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Visitation restrictions are in effect at all Med Center Health hospitals and Cal Turner Rehab & Specialty Care.

See Med Center Health’s response to COVID-19 on our Coronavirus Update page.

What you need to know about mental health

What You Need to Know About Mental Illness     

Many people with a mental health disorder don't get treatment. They may think it won't help. Or they don't recognize the symptoms. Others may not be able to afford or access treatment. The social stigma of mental illness also stops people from getting help. This often means worsening symptoms. In some cases, it leads to suicide.

Real illness

Mental illnesses are as real as diseases such as heart disease or cancer. Understanding that mental illness isn't a weakness or a character flaw helps people get help.

Some of the more common mental health problems include:

  • Depression

  • Anxiety and panic disorders

  • Posttraumatic stress disorder (PTSD)

  • Bipolar disorder

  • Attention-deficit/hyperactivity disorder (ADHD)

  • Substance abuse

  • Schizophrenia

Mental health problems may be passed down through the family. Or they can occur because of abnormal brain chemistry, substance abuse, or in response to traumatic events or an abusive environment. In other words, a mental illness isn't the fault of the person who's suffering.


Learning symptoms of mental illness can help you recognize when you or a loved one need help. Symptoms include:

  • Feeling sad, burned out, or useless. Everyone feels down from time to time. But if that emotion continues for more than 2 weeks and you also have feelings of guilt and hopelessness, it could mean you're depressed. Severe and persistent symptoms are what distinguish depression from normal sadness and mood changes. Other symptoms of depression are sleep problems, loss of self-esteem, and not enjoying things you once did.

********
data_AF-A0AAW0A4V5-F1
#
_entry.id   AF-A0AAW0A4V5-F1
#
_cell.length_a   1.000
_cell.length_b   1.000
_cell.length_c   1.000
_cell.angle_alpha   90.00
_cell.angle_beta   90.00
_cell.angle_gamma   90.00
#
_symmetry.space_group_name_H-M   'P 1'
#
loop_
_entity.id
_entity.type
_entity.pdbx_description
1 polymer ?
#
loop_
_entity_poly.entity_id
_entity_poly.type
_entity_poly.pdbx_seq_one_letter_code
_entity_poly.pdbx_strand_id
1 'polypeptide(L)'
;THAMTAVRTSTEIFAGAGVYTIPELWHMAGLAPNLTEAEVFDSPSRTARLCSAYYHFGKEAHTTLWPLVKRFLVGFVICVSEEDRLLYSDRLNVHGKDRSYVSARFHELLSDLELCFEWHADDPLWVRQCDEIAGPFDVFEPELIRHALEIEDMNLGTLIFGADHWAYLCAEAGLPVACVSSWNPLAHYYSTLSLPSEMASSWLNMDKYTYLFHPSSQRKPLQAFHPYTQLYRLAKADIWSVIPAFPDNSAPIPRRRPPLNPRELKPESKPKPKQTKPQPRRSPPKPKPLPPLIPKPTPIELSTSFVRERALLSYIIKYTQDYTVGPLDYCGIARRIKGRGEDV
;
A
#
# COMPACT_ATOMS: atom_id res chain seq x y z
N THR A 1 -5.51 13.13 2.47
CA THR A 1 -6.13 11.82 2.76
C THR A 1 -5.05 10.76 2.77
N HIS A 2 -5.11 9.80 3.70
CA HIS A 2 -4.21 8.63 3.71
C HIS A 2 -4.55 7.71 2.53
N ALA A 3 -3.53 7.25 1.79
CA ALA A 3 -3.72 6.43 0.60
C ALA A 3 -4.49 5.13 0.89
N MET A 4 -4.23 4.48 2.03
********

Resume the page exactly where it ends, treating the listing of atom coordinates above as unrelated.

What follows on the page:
• Ongoing worries and fears. People who have unrealistic or extreme anxiety and worry about life circumstances could have an anxiety disorder. 

  • Sudden, intense anxiety, fear, or panic. Heart palpitations, chest pain, feeling smothered, dizziness, trembling, and faintness can be signs of panic disorder.

  • Unexplained physical symptoms. Ongoing physical symptoms can signal emotional upset or stress overload. These symptoms include headaches, stomachaches, and chronic pain (especially backaches) with no clear cause.

  • Chronic fatigue and lack of energy. When your body can't handle emotional overload, it can shut down. Feeling too tired to do the things you used to love can be a sign of emotional distress or depression.

  • Staying away from other people. Spending all your time alone instead of with friends or family could be a sign of stress overload, depression, anxiety, or a social phobia.

  • Intense mood fluctuations. Behavior that varies that between high energy, reduced need for sleep, and loss of touch with reality, to depressive behaviors such as sadness, low energy, low motivation, and loss of interest in daily activities could be a sign of bipolar disorder. During the high energy period, or mania, high-risk behaviors, such as gambling, overspending, drug abuse, and high-risk sexual activity can occur. Suicidal thoughts can also occur. The length of time between, and the seriousness of the cycles, varies by individual.

Other symptoms of mental health problems include:

  • Ongoing nightmares

  • Flashbacks

  • Dramatic changes in sleep or weight

  • Substance abuse, including alcohol

People who have emotional disorders don't have to suffer alone, they can get effective help. It's very possible to heal the mind with therapy and support services. Don't be afraid to ask for help. It's a sign of strength, not weakness.

Take the Bright Coalition's Community Health Assessment Survey to let your voice be heard about your opinions on the health of your community.

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